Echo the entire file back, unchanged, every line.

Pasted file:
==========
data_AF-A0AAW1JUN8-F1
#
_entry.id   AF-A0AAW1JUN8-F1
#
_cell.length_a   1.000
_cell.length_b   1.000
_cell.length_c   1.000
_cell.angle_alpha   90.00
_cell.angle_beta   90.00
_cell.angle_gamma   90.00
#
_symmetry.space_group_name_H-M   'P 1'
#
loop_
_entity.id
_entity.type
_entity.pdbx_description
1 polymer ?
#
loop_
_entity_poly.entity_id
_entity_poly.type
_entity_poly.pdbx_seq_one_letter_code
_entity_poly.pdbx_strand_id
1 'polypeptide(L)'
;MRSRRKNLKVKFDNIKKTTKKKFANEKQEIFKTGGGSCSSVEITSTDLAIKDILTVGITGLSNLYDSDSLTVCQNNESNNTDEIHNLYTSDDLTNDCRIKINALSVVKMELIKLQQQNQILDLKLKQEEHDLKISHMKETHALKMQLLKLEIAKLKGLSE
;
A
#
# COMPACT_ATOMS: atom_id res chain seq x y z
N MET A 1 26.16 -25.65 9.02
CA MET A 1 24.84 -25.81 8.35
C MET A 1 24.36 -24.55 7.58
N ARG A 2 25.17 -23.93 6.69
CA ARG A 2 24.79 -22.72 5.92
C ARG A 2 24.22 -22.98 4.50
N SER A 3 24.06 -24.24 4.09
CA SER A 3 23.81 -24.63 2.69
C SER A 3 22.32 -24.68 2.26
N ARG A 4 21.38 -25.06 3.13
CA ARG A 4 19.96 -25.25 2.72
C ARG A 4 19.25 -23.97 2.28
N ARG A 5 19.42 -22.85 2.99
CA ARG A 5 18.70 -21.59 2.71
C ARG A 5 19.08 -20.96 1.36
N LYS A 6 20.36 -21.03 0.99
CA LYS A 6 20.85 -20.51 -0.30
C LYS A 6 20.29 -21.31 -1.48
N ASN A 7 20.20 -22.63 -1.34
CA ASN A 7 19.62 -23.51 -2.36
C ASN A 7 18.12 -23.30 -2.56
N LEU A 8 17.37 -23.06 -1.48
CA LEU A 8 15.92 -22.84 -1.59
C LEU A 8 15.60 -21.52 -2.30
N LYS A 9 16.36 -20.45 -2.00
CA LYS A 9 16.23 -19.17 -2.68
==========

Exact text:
data_AF-A0AAW1JUN8-F1
#
_entry.id   AF-A0AAW1JUN8-F1
#
_cell.length_a   1.000
_cell.length_b   1.000
_cell.length_c   1.000
_cell.angle_alpha   90.00
_cell.angle_beta   90.00
_cell.angle_gamma   90.00
#
_symmetry.space_group_name_H-M   'P 1'
#
loop_
_entity.id
_entity.type
_entity.pdbx_description
1 polymer ?
#
loop_
_entity_poly.entity_id
_entity_poly.type
_entity_poly.pdbx_seq_one_letter_code
_entity_poly.pdbx_strand_id
1 'polypeptide(L)'
;MRSRRKNLKVKFDNIKKTTKKKFANEKQEIFKTGGGSCSSVEITSTDLAIKDILTVGITGLSNLYDSDSLTVCQNNESNNTDEIHNLYTSDDLTNDCRIKINALSVVKMELIKLQQQNQILDLKLKQEEHDLKISHMKETHALKMQLLKLEIAKLKGLSE
;
A
#
# COMPACT_ATOMS: atom_id res chain seq x y z
N MET A 1 26.16 -25.65 9.02
CA MET A 1 24.84 -25.81 8.35
C MET A 1 24.36 -24.55 7.58
N ARG A 2 25.17 -23.93 6.69
CA ARG A 2 24.79 -22.72 5.92
C ARG A 2 24.22 -22.98 4.50
N SER A 3 24.06 -24.24 4.09
CA SER A 3 23.81 -24.63 2.69
C SER A 3 22.32 -24.68 2.26
N ARG A 4 21.38 -25.06 3.13
CA ARG A 4 19.96 -25.25 2.72
C ARG A 4 19.25 -23.97 2.28
N ARG A 5 19.42 -22.85 2.99
CA ARG A 5 18.70 -21.59 2.71
C ARG A 5 19.08 -20.96 1.36
N LYS A 6 20.36 -21.03 0.99
CA LYS A 6 20.85 -20.51 -0.30
C LYS A 6 20.29 -21.31 -1.48
N ASN A 7 20.20 -22.63 -1.34
CA ASN A 7 19.62 -23.51 -2.36
C ASN A 7 18.12 -23.30 -2.56
N LEU A 8 17.37 -23.06 -1.48
CA LEU A 8 15.92 -22.84 -1.59
C LEU A 8 15.60 -21.52 -2.30
N LYS A 9 16.36 -20.45 -2.00
CA LYS A 9 16.23 -19.17 -2.68